ADAM AMON, farmer and stock-raiser, Section 2, Township 5, Range 15, P. O. Netawaka, was born in Germany in 1842. When six years old his parents emigrated to America, settling near Pittsburg, Pennsylvania. In 1852, they moved to Marshall County, Illinois. On becoming old enough to work, Adam found employment at coal mining which he followed until 1867, when he engaged in farming. In 1870 he moved to his present location in Jackson County, Kansas, where he bought eighty acres, and now owns 320 acres, 170 being under cultivation, with excellent buildings, orchard and other improvements. His attention is largely turned to stock-raising. He was married April 5, 1866 to Miss Elizabeth Bennett, of Marshall County, Illinois, and has four children: Ella, Charles, Clara, and Roscoe.
THOMAS DAILEY, farmer, P. O. Netawaka, was born in 1830, in Grand Isle County, Vt. The family removed in 1844 to Licking County, Ohio, then to Miami County where his mother died in 1853. The farther and his sons came to Kansas in 1860, and settled near the line of Brown and Nemaha counties. Thomas Dailey remained in Atchison County during 1860, and settled where he now is on Spring Creek in 1862. He began with raw prairie, the only improvement being a new frame house. He now has good buildings, an apple orchard of 200 trees, and is in good circumstances. His father, Thomas Dailey, born in 1789, in Ireland, died July 24, 1865 in Kansas. His son and namesake married Anna E. Davidson, a native of Pennsylvania, as a second wife. He has a daughter Alice, by this marriage; by former marriage has two children, Charles Dailey and Mary A. Dailey.
M. A. FUNCHESS, dealer in drugs, stationery and jewelry, was born in Copiah County, Mississippi, in June, 1854. In January, 1871, he moved with his parents to Netawaka, Kansas, where he attended the public schools. In 1873-74 he attended the Normal School at Lawrence, Kansas; in 1875-76 he attended the University at Highland, Kansas. In 1877-78, was principal of the Netawaka high school. In 1878, on a limited capital opened a drug store and now has a large stock of goods and a prosperous trade. he was married in 1880, to Miss Rosa Hoaglin, a daughter of Judge Hoaglin, of Holton, Kansas. They have one child, Clyde.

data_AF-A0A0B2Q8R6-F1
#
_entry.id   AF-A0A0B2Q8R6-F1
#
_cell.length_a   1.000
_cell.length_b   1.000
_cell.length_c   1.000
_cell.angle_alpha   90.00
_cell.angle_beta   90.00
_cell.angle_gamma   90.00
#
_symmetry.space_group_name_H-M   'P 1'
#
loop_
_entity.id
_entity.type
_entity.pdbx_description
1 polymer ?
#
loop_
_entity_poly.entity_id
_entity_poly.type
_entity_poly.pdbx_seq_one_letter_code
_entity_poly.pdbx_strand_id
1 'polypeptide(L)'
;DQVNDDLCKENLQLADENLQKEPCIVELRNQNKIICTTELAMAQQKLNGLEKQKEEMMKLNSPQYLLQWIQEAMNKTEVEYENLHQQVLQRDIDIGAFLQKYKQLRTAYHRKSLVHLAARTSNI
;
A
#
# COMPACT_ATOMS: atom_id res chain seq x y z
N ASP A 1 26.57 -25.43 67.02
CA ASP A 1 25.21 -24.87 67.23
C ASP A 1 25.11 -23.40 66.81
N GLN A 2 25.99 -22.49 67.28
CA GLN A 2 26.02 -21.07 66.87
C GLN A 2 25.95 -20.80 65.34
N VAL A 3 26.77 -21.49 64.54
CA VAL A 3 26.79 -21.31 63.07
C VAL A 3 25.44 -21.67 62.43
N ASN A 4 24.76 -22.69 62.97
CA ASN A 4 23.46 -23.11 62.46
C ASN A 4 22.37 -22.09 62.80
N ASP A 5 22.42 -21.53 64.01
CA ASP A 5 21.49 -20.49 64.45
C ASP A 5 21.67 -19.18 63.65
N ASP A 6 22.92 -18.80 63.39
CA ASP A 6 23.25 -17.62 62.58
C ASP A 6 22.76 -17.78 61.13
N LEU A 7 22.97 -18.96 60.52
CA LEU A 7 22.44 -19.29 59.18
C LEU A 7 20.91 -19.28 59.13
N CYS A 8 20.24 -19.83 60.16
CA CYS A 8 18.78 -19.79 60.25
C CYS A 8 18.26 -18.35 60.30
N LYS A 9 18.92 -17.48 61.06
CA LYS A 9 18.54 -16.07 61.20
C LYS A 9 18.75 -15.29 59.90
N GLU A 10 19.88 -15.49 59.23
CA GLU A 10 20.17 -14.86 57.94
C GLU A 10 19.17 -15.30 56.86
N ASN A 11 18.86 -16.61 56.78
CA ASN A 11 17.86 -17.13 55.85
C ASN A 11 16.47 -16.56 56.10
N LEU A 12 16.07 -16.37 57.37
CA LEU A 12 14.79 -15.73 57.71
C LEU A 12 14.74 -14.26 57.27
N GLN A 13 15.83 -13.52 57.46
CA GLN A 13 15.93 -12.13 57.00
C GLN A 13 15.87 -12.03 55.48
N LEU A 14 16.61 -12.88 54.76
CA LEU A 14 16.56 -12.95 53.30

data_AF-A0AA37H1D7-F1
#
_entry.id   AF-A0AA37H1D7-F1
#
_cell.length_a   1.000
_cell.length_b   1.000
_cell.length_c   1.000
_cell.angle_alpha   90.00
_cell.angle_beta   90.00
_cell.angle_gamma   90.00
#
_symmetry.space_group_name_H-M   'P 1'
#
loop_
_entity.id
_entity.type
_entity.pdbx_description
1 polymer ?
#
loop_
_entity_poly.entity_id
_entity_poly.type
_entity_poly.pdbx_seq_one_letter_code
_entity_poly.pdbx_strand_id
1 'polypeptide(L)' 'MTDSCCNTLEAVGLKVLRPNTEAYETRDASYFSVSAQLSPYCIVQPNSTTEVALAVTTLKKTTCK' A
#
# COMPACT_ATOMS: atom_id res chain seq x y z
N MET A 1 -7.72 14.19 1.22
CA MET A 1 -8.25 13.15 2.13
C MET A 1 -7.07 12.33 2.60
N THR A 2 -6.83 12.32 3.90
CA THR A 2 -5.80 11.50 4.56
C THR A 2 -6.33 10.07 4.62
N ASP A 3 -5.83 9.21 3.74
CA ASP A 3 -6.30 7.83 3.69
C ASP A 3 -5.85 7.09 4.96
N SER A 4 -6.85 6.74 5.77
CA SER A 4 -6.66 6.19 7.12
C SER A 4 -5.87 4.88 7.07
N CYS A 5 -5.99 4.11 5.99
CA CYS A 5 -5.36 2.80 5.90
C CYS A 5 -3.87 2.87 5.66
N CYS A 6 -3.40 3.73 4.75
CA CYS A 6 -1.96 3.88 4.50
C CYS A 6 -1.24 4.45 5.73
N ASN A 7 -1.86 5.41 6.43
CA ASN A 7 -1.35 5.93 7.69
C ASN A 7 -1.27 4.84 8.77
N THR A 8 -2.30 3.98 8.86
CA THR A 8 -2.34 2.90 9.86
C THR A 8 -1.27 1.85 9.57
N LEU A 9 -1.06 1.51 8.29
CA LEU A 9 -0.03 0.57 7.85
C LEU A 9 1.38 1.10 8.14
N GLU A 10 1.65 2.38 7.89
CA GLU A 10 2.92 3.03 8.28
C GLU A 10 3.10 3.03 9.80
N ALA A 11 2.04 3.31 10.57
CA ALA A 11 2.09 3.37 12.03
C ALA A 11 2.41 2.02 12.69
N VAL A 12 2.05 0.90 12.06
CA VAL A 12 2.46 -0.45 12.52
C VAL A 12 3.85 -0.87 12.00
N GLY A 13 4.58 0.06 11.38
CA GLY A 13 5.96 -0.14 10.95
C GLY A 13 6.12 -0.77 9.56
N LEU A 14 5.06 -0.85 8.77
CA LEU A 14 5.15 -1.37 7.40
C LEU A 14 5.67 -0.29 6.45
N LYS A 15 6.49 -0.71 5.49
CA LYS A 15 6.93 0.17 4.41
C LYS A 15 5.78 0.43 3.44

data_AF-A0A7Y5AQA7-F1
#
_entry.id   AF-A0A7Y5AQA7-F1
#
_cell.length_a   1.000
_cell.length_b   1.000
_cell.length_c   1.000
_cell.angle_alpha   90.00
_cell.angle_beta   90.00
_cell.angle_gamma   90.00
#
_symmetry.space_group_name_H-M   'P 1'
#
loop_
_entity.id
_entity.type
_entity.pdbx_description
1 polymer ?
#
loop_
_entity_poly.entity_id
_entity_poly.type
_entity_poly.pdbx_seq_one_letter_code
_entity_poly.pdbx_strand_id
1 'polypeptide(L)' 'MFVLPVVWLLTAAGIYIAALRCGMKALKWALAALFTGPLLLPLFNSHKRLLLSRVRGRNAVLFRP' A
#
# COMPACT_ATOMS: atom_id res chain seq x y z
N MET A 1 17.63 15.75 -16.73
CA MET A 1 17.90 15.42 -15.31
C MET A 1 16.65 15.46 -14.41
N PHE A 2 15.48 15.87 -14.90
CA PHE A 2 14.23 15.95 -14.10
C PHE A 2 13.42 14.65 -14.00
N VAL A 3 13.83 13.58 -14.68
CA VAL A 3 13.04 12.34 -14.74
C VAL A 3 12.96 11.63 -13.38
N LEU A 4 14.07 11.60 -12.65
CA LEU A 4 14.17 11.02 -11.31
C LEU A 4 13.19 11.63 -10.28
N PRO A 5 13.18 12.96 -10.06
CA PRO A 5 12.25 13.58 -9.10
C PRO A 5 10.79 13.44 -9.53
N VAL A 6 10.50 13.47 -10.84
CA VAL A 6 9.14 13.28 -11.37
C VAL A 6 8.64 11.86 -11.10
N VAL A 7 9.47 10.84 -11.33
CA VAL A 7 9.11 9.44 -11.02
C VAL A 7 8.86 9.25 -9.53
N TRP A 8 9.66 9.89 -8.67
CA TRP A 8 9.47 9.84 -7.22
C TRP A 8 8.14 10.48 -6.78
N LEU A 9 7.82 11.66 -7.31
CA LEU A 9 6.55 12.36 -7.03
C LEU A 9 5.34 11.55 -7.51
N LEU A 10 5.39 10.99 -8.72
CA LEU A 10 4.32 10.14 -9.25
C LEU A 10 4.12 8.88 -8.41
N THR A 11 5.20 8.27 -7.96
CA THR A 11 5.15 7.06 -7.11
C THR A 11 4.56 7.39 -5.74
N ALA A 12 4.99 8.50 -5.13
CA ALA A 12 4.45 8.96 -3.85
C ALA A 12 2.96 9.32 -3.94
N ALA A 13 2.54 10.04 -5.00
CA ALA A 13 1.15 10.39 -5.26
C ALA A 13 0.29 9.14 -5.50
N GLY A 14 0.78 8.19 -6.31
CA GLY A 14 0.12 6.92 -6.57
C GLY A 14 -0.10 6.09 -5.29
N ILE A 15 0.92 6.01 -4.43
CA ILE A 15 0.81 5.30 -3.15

E. W. KENYON, dealer in general merchandise, and postmaster, was born in Plainfield, Windham County, Connecticut, in 1838. Here he attended the commercial schools, then the Plainfield Academy. At the age of eighteen he taught his first school. In 1856, he attended the high school in East Greenwich, R. I. and the Suffield Academy until 1860, when he went to Illinois, where he engaged in farming and teaching school until 1864, when he enlisted as a recruit in Company C., Fifty-ninth Illinois Infantry, joining the company at Pulaski, Tennessee, and took part in the battles of Nashville and Franklin, and was discharged at Nashville, Tennessee, June 14, 1865 when he returned to his old home in Connecticut where he remained for a short time; going in the fall of the same year to Vineland, New Jersey, where he engaged in general merchandise, until the fall of 1867, when he came to Kansas and opened the first stock of general merchandise in that place, and during the early days his sales ran as high as $50,000. In 1868 on the establishing of a post-office, he was appointed postmaster which position, with the exception of two years he has since filled. He was station and express agent from 1868 to 1870. He has been prominently identified with the settlement of Netawaka and has been foremost in everything that would add to the place. He was married in 1865 at Waltham, La Salle County, Illinois, to Miss Susan Lathrop, of Griswold, Connecticut. They have three children: Julia A, Allie E. and Arthur E. In politics Mr. Kenyon has always been a Republican and has always been an active worker for that party. He has been Justice of the Peace and member of the School Board for some years and is at present one of the County Commissioners.